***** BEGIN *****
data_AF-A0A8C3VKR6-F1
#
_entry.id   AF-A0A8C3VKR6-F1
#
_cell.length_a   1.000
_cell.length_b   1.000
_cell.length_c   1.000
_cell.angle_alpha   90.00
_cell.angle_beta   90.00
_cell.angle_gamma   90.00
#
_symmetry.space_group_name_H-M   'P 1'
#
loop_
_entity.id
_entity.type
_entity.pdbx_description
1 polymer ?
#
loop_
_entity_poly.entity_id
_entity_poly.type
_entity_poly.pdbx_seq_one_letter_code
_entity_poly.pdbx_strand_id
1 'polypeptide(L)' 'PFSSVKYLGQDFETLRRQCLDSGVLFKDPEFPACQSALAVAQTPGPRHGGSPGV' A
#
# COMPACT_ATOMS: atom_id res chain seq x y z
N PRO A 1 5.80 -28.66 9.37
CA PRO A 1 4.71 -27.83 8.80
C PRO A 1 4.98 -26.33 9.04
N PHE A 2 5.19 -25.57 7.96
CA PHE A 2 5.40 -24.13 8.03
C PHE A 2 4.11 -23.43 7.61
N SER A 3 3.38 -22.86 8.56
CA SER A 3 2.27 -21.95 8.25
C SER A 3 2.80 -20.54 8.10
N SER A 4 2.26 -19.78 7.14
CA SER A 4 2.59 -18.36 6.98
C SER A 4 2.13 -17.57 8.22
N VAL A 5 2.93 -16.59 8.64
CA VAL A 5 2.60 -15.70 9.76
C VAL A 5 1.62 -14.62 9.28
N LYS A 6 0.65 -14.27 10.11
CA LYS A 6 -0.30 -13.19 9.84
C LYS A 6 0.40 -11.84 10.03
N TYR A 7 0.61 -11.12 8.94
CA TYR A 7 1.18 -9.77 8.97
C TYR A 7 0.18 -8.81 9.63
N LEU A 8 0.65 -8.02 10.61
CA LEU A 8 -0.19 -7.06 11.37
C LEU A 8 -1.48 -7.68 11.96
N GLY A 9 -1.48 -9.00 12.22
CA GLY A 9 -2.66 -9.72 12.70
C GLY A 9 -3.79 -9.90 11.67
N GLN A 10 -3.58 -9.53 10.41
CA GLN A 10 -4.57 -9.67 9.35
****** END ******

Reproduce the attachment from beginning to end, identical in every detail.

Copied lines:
data_AF-A0A8C3VKR6-F1
#
_entry.id   AF-A0A8C3VKR6-F1
#
_cell.length_a   1.000
_cell.length_b   1.000
_cell.length_c   1.000
_cell.angle_alpha   90.00
_cell.angle_beta   90.00
_cell.angle_gamma   90.00
#
_symmetry.space_group_name_H-M   'P 1'
#
loop_
_entity.id
_entity.type
_entity.pdbx_description
1 polymer ?
#
loop_
_entity_poly.entity_id
_entity_poly.type
_entity_poly.pdbx_seq_one_letter_code
_entity_poly.pdbx_strand_id
1 'polypeptide(L)' 'PFSSVKYLGQDFETLRRQCLDSGVLFKDPEFPACQSALAVAQTPGPRHGGSPGV' A
#
# COMPACT_ATOMS: atom_id res chain seq x y z
N PRO A 1 5.80 -28.66 9.37
CA PRO A 1 4.71 -27.83 8.80
C PRO A 1 4.98 -26.33 9.04
N PHE A 2 5.19 -25.57 7.96
CA PHE A 2 5.40 -24.13 8.03
C PHE A 2 4.11 -23.43 7.61
N SER A 3 3.38 -22.86 8.56
CA SER A 3 2.27 -21.95 8.25
C SER A 3 2.80 -20.54 8.10
N SER A 4 2.26 -19.78 7.14
CA SER A 4 2.59 -18.36 6.98
C SER A 4 2.13 -17.57 8.22
N VAL A 5 2.93 -16.59 8.64
CA VAL A 5 2.60 -15.70 9.76
C VAL A 5 1.62 -14.62 9.28
N LYS A 6 0.65 -14.27 10.11
CA LYS A 6 -0.30 -13.19 9.84
C LYS A 6 0.40 -11.84 10.03
N TYR A 7 0.61 -11.12 8.94
CA TYR A 7 1.18 -9.77 8.97
C TYR A 7 0.18 -8.81 9.63
N LEU A 8 0.65 -8.02 10.61
CA LEU A 8 -0.19 -7.06 11.37
C LEU A 8 -1.48 -7.68 11.96
N GLY A 9 -1.48 -9.00 12.22
CA GLY A 9 -2.66 -9.72 12.70
C GLY A 9 -3.79 -9.90 11.67
N GLN A 10 -3.58 -9.53 10.41
CA GLN A 10 -4.57 -9.67 9.35